Use Stimulus Money to Improve School Safety
Upgrade Dangerous Wired Glass
wired glass is NOT safety glass. It breaks with minimal impact
causing thousands of school injuries every year. The stimulus
dollars now flowing to local school districts can be used to replace or
upgrade unsafe wired glass in schools. This newsletter and our Safe Glass for Schools website are intended to
provide school facility professionals with updated information about
where the stimulus money is going and how these funds can be used to
make schools safer.
Get All Stabilization Funds This Year
Under the Stimulus Plan, the
Department of Education (DOE) will release $48.6 billion to local school districts from the the State
Fiscal Stabilization Fund (SFSF). As of August 2009, only 19% of
these funds had been released. DOE plans to release the
remaining 81% by the end of 2009. School districts are encouraged
to use any or all of their SFSF monies for school repair.
for spending SFSF funds authorize schools to replace or upgrade unsafe
wired glass, because these repairs:
· Create lasting results
Create local jobs
· Minimize unsustainable ongoing
To learn more about distributions of stabilization
funds, go to the Stimulus Money page on our Safe Glass For Schools website.
|Unsafe Wired Glass Injures Thousands of
Wired glass looks safe but it is not. While it can
protect the spread of fire, this fragile glass breaks with minimal human
impact. The wire actually weakens the glass and increases
the likelihood of breakage even under the relatively mild force exerted by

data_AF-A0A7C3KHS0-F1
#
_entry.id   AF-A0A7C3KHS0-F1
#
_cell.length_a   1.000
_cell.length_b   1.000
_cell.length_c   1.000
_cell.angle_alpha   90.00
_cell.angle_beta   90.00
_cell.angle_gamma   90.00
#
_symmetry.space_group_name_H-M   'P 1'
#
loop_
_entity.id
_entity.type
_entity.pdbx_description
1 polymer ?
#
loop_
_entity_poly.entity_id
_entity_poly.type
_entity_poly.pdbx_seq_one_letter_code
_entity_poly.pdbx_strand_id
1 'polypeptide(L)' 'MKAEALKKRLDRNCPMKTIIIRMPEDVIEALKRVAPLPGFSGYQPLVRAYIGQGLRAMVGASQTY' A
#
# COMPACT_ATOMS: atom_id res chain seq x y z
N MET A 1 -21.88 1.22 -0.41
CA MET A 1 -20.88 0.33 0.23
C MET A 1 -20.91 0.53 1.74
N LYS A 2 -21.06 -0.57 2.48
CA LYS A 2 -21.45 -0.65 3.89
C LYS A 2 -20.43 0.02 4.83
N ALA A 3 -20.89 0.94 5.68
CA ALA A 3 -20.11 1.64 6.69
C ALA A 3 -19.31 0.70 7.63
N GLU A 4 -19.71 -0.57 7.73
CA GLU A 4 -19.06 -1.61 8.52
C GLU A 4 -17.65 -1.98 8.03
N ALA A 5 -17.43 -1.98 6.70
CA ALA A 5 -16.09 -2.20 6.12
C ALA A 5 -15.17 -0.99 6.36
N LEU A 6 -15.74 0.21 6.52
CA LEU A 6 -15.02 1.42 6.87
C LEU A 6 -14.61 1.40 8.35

an elementary school student. Experts estimate that there are at least
2,300 school injuries yearly from unsafe wired glass. To see a CBS
Evening News investigative report on the dangers of wired glass, click here.
SaftiFirst has worked for over 30 years to call attention to the
need for glazing products that protect people from both fire and impact
danger. Now is the right time to change out or upgrade unsafe
wired glass to protect students.
The "window" for
action is short, though. That's why we are reaching out to
you. Please contact us if you need information about using
stimulus money for school repairs or about finding safe alternatives for
unsafe wired glass
SAFTI FIRST team
An Accident Waiting to Happen
Traditional wired glass cannot meet federal safety
standards for human impact. In fact, glazing, like the one
pictured above, can be shattered if a child as young as six runs into
it. This application of unsafe wired glass also violates model
building codes. Safe alternatives exist.
|In California, Nebraska, North Carolina, Wisconsin, West
Virginia and other places, school districts are
figuring out ways to put stimulus money to work in rennovating and
repairing facilities. Currently, one of the most popular mechanism
is through Qualified School Construction Bonds (QSCBs).
federal government has allocated $22 billion for school districts to
issue bonds on which they do not have to pay any interest. Instead of
receiving interest, bondholders receive federal tax credits.
Click here to learn about how school districts are
using stimulus money to make school repairs.